Many thanks to everyone who completed our recent study edition survey, your input is very much appreciated and provides invaluable input as we plan the content for the Practising the Piano Online Academy. We’ve run through all your responses, and here is some feedback on the results of the survey. The top five list doesn’t hold too many surprises – with Beethoven having two entries: Beethoven Pathétique Sonata Debussy Clair de lune Chopin Ballade No. 1 Rachmaninoff Prelude in C-sharp Minor Beethoven Moonlight Sonata Just behind the Moonlight Sonata was Grieg’s Nocturne and Schubert’s Impromptu in G-flat Major. Chopin was one of the most popular composers although a large number of his works were featured in the original list to begin with. In addition to the Ballade, the Fantasie Impromptu, Etude Op. 10 No. 1, Nocturne in C-sharp Minor Op. Post. and Raindrop Prelude were among the most popular works overall. There were also a few surprises in that there was less support for Brahms, Scarlatti and Mozart than expected (his most popular works were the Fantasie in D minor and Sonata in B-flat). In addition to the format questions in the survey, we’ve also received a number of suggestions that we will definitely take into consideration in our content planning.  These include featuring more works by Brahms and Liszt, more of the Chopin Etudes, works from lower grades and Etudes by Scriabin which we have not included to date. While we won’t be featuring all of the works in the list as complete annotated study editions, we will be using many of them as examples for illustrating various topics in the Online Academy.  We may also feature specific aspects of a work in Online Academy lessons (e.g. […]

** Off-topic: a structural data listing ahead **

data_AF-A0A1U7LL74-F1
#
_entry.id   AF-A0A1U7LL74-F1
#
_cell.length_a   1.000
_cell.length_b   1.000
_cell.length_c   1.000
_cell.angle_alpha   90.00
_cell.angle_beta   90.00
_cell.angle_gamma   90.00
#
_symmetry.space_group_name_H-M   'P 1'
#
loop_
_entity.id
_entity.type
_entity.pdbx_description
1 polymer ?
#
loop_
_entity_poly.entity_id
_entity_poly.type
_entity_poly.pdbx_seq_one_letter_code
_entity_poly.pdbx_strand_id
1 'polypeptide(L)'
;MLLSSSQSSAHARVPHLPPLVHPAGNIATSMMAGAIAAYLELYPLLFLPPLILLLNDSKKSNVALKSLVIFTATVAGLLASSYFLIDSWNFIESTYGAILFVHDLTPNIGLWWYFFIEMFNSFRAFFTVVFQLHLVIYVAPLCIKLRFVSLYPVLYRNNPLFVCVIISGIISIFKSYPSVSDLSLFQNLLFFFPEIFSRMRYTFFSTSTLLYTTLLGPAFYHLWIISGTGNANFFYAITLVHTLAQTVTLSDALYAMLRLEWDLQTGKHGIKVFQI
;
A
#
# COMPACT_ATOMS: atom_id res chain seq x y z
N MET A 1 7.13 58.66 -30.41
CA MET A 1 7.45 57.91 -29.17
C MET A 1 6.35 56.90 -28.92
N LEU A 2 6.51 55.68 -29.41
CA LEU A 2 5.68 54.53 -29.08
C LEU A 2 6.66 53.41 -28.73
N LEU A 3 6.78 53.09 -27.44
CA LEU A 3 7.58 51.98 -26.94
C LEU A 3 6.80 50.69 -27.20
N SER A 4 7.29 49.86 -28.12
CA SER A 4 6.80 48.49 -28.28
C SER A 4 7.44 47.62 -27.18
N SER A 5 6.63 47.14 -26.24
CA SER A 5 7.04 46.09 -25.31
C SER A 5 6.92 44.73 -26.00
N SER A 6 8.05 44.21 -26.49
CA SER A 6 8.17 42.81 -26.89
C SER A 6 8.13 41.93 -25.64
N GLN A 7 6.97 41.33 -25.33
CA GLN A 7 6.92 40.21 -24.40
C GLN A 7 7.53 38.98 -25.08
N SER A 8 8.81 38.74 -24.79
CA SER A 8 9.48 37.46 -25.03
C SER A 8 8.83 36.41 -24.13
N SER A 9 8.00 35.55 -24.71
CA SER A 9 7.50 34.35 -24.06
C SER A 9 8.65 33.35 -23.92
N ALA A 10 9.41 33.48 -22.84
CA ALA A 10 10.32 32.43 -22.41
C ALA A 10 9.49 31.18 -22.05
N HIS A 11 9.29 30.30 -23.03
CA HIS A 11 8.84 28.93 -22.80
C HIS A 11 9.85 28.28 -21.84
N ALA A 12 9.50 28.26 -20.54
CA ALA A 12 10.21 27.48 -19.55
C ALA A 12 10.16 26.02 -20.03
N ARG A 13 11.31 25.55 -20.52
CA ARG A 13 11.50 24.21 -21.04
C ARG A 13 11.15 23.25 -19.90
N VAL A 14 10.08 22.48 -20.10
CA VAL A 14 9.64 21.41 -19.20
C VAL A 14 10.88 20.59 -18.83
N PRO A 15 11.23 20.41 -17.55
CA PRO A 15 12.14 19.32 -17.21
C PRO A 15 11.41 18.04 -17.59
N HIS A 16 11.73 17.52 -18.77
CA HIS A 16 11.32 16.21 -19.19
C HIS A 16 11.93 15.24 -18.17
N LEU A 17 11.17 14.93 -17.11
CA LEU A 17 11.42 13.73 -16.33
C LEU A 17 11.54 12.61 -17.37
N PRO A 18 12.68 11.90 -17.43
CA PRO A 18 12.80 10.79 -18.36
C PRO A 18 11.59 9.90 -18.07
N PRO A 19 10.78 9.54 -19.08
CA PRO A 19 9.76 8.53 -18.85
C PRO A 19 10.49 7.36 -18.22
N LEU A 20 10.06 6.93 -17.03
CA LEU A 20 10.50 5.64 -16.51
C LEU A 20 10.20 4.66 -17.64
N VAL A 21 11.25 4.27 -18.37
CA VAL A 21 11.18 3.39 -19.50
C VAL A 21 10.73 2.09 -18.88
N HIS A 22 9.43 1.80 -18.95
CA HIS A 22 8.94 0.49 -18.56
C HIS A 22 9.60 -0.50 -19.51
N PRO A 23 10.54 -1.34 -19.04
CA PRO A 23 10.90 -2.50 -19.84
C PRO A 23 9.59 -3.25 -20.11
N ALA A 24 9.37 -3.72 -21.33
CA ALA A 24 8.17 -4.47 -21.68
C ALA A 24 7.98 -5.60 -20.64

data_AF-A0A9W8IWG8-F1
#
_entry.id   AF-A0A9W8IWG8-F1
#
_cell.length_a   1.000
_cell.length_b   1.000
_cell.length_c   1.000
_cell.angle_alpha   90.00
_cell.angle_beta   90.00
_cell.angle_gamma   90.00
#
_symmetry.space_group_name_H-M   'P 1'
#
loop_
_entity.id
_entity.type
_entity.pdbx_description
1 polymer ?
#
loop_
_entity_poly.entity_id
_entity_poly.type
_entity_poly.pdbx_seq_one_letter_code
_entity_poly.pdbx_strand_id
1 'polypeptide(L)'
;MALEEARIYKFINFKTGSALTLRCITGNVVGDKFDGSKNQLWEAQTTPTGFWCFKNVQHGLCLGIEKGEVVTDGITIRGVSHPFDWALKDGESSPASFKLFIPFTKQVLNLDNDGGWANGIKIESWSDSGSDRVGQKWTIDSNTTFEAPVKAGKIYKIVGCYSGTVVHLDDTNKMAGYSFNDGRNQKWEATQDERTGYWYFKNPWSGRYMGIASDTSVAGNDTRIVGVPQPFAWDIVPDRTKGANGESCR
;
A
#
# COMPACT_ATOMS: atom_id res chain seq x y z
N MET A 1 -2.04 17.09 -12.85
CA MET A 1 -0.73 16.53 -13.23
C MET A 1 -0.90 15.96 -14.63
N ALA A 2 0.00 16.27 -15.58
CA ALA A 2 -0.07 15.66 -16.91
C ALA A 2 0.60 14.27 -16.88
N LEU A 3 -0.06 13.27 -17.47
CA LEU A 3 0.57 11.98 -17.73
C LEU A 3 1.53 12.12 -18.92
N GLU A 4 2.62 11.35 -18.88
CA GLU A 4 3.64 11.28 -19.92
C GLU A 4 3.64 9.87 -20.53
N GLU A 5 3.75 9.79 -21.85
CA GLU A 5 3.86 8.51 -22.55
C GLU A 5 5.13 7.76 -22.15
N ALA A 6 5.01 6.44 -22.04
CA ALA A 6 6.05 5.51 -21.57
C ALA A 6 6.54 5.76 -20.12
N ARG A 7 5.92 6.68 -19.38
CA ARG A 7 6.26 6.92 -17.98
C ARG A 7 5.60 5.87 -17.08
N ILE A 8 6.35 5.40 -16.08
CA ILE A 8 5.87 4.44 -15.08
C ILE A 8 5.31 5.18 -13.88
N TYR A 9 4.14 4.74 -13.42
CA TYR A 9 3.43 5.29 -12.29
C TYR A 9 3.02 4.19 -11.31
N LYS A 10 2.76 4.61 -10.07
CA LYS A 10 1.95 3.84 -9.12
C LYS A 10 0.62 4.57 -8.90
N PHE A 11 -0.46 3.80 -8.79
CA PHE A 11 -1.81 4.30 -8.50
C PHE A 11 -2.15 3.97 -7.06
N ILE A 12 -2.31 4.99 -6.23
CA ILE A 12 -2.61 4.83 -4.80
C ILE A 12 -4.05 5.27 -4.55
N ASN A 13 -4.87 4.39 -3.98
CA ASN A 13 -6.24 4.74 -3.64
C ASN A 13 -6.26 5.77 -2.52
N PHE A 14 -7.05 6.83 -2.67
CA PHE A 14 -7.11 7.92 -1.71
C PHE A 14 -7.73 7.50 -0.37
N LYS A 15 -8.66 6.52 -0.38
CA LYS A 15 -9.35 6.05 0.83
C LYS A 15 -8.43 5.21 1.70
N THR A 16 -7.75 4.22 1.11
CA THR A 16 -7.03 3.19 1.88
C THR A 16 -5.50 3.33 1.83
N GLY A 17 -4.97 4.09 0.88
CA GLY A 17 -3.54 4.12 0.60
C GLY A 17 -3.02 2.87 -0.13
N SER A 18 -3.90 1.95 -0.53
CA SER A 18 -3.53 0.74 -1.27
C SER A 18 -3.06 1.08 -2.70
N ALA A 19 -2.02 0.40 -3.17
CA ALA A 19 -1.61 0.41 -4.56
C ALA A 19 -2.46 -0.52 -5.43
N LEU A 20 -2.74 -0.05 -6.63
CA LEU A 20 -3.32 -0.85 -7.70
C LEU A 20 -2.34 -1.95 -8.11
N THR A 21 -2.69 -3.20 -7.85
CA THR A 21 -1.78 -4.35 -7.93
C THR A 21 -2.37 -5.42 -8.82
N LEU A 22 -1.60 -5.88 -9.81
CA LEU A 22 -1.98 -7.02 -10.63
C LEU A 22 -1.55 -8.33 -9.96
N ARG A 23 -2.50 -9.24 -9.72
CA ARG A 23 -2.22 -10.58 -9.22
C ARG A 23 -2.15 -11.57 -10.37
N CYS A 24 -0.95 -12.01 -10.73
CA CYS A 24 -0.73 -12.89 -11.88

The Three Little Pigs